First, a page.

What actually happens to the hair when an individual is affected by alopecia areata?
Most of the earlier histopathological studies on the deterioration
of hair follicles in alopecia areata patients were conducted on
scalp tissues of already bald or severely affected individuals.
These studies indicated damage to the upper part of the hair bulbs
while the lower and the root sheath were found to be relatively
normal. Hence alopecia areata was previously identified as a disease
in which there was substantial differentiation in the immune systems
targeting of the cortical keratinocytes.
In this study, the early stages of hair follicle modifications
in alopecia areata were studied. A 13 year old boy who had a patch
of hair loss in his occipital region, was subjected to detailed
histopathological studies. The scalp tissue from his parietal
region was removed and prepared for sectioning by embedding in
paraffin. Longitudinal sections of the tissue were then stained
with hematoxylin and eosin. Hematoxylin is a natural stain obtained
from the heart wood of log wood tree Haematoxylon compachianum
and is a basic stain that reacts with the cell nucleus to stain
it blue or purple. Eosin is a synthetic stain obtained from the
xanthene group of chemicals. It is acidic and reacts with the
basic salts of the cell cytoplasm to color it orange or pink.
The sections were then studied under a light microscope and two
distinct changes in the hair bulb were noticed. The integrity
of the epithelium in the bulb had started deteriorating and there
was a change in the shape of the bulb from its normal inverted
cup shape to round or club shape.
Normally, the hair follicles in the anagen growth phase are
in close physical association with the surrounding dermis. A normal
hair follicle has the following parts. The follicles are embedded
in a matrix. Rows of cells towards the upper region constitute
the upper bulb. This extends upwards to form the pre-elongation
region that develops vertically into the elongation region. Here
the bulb narrows to form a column of cells that are long and have
very sharply defined boundaries due to fibrils piling up against
them. Just above it is the cortical pre keratinization zone. Here
the fibrils are very coarse and many in number. The keratogenous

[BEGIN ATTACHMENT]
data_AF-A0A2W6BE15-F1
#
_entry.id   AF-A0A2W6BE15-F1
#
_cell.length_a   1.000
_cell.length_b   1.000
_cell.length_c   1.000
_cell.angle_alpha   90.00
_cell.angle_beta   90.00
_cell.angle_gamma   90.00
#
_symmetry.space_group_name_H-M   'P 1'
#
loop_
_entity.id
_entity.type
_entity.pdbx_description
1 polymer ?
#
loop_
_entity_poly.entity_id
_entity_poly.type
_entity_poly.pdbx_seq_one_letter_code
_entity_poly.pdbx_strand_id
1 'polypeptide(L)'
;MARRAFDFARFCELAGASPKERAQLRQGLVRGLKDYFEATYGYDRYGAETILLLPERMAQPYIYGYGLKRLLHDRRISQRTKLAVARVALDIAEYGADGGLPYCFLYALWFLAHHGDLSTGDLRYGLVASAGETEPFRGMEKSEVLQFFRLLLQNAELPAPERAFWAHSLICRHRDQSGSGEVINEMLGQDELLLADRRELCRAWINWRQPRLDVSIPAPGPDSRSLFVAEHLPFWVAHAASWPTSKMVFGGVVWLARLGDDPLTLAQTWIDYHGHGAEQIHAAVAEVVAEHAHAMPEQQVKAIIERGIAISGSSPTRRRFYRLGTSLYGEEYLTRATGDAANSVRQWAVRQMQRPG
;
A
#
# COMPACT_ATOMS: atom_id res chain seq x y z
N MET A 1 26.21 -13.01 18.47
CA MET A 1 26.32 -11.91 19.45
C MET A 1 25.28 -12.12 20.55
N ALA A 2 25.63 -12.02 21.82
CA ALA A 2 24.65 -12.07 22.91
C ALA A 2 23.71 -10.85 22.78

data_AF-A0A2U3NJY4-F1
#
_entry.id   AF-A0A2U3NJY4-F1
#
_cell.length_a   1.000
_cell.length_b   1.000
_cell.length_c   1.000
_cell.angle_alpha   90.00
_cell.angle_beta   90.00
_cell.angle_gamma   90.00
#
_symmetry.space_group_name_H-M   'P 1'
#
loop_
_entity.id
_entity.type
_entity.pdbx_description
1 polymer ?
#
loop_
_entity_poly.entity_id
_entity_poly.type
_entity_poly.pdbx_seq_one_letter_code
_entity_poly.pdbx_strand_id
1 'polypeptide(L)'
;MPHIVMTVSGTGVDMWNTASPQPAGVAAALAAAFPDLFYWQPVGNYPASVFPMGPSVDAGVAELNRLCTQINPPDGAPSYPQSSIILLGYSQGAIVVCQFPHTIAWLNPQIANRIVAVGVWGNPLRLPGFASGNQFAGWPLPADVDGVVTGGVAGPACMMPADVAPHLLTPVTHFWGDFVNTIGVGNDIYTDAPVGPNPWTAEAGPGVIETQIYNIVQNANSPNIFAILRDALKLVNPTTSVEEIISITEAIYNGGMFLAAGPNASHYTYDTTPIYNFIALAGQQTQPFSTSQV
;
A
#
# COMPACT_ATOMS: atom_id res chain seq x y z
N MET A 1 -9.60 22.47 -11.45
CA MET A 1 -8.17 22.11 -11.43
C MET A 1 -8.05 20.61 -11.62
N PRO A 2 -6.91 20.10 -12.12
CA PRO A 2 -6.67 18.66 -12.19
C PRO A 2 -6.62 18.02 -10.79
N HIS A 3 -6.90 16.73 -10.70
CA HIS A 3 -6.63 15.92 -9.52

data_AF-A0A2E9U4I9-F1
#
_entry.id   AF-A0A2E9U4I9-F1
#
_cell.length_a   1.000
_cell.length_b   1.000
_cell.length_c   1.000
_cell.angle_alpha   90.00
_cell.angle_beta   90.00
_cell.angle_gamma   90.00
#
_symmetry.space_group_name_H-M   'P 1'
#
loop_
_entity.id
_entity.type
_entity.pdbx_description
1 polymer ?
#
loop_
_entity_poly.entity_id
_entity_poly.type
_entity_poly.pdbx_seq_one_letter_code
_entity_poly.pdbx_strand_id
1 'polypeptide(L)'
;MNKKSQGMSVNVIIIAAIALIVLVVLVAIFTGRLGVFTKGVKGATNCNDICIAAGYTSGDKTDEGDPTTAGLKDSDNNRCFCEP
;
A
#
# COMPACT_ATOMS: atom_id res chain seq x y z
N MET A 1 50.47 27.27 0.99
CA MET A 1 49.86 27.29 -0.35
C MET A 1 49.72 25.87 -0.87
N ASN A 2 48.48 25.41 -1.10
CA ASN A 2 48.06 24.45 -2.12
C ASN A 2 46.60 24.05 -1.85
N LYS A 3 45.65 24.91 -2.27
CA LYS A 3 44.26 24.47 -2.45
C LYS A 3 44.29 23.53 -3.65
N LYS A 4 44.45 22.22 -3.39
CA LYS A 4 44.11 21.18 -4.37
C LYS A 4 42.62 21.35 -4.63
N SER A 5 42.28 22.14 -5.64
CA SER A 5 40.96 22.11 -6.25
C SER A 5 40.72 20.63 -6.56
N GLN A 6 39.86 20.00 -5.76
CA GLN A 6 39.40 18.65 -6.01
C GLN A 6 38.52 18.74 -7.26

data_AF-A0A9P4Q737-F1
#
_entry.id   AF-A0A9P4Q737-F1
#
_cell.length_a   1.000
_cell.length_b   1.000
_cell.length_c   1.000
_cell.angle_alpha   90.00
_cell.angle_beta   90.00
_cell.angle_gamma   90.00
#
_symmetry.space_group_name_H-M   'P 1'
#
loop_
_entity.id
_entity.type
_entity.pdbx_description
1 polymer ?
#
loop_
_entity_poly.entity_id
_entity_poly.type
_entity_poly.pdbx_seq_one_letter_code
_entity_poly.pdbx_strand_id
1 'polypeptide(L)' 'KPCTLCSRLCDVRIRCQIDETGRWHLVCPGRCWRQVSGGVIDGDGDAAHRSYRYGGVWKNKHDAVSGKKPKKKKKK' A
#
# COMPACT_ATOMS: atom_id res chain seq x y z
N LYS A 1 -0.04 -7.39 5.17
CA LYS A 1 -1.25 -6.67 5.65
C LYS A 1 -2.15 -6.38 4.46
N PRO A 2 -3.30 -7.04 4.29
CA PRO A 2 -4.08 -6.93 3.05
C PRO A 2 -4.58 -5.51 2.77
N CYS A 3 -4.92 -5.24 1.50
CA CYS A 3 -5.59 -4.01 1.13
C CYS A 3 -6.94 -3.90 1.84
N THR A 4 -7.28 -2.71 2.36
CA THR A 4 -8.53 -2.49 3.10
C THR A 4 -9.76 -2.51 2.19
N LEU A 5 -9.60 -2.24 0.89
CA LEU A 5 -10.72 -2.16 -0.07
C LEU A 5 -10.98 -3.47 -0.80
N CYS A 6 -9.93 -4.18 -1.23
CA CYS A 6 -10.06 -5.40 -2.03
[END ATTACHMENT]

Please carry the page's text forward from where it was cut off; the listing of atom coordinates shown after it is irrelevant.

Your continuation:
zone is the next region in which the fibrils are marked and the
cells are crystalline. In patients with Alopecia areata, the anagen
hair bulb disintegrates by way of losing cortical keratinocytes
especially in the upper bulb region, displacement of medullary
cells, and presence of peribulbular lymphocytic infiltrates while
the matrix region remians intact.
The epithelial cells in the follicles are seen to lose their structural identity
and are seen to have degenerating cell nuclei and loss of intercellular integrity.
The changes in the bulbs were very similar to normal catagen follicles but
the frequency with which they occurred were greater in Alopecia areata patients.
The patient was treated with intravenous pulse methyl prednisolone after which
he recovered from drastic hair fall. However he later developed another patch
of hair loss which was treated by injecting corticosteroid into the affected
One of the most characteristic features of alopecia areata is the short broken
hair on the scalp which is referred to as the exclamation mark hair. This
seems to be a result of the above hair follicle disruption process. The process
of degeneration of the follicle and the formation of club shaped root take
a few weeks from the onset of the inflammation. Further histopathological
studies may help scientists evaluate the changes in hair follicles and think
of various methods and medications to alleviate this supposedly autoimmune
What actually happens to the hair when an individual is affected by alopecia areata references
- Ihm CW, Hong SS, Mun JH, Kim
HU. Histopathological pictures of the initial changes of the
hair bulbs in alopecia areata.
Am J Dermatopathol. 2004 Jun;26(3):249-53.